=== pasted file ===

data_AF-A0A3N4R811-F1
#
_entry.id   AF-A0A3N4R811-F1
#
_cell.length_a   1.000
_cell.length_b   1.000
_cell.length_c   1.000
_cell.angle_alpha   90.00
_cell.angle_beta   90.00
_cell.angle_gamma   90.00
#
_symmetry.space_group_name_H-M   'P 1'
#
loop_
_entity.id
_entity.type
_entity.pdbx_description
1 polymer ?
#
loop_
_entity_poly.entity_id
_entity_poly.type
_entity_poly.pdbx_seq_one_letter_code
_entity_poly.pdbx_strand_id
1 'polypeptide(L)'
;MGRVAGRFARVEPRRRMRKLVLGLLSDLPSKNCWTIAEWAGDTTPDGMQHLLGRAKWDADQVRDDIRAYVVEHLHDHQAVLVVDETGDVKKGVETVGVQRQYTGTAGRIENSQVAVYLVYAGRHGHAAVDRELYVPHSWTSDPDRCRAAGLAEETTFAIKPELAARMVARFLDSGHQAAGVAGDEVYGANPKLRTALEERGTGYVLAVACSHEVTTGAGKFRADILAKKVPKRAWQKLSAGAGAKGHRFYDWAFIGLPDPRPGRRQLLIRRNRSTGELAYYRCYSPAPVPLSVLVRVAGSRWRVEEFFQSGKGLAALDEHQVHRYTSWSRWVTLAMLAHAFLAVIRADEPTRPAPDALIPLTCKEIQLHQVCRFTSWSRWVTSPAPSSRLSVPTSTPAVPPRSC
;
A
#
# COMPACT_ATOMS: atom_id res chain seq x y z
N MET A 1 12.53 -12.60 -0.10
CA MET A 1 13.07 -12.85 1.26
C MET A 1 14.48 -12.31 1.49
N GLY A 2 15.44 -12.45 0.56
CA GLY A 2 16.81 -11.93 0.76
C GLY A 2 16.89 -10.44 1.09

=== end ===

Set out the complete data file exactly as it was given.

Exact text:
data_AF-A0A3N4R811-F1
#
_entry.id   AF-A0A3N4R811-F1
#
_cell.length_a   1.000
_cell.length_b   1.000
_cell.length_c   1.000
_cell.angle_alpha   90.00
_cell.angle_beta   90.00
_cell.angle_gamma   90.00
#
_symmetry.space_group_name_H-M   'P 1'
#
loop_
_entity.id
_entity.type
_entity.pdbx_description
1 polymer ?
#
loop_
_entity_poly.entity_id
_entity_poly.type
_entity_poly.pdbx_seq_one_letter_code
_entity_poly.pdbx_strand_id
1 'polypeptide(L)'
;MGRVAGRFARVEPRRRMRKLVLGLLSDLPSKNCWTIAEWAGDTTPDGMQHLLGRAKWDADQVRDDIRAYVVEHLHDHQAVLVVDETGDVKKGVETVGVQRQYTGTAGRIENSQVAVYLVYAGRHGHAAVDRELYVPHSWTSDPDRCRAAGLAEETTFAIKPELAARMVARFLDSGHQAAGVAGDEVYGANPKLRTALEERGTGYVLAVACSHEVTTGAGKFRADILAKKVPKRAWQKLSAGAGAKGHRFYDWAFIGLPDPRPGRRQLLIRRNRSTGELAYYRCYSPAPVPLSVLVRVAGSRWRVEEFFQSGKGLAALDEHQVHRYTSWSRWVTLAMLAHAFLAVIRADEPTRPAPDALIPLTCKEIQLHQVCRFTSWSRWVTSPAPSSRLSVPTSTPAVPPRSC
;
A
#
# COMPACT_ATOMS: atom_id res chain seq x y z
N MET A 1 12.53 -12.60 -0.10
CA MET A 1 13.07 -12.85 1.26
C MET A 1 14.48 -12.31 1.49
N GLY A 2 15.44 -12.45 0.56
CA GLY A 2 16.81 -11.93 0.76
C GLY A 2 16.89 -10.44 1.09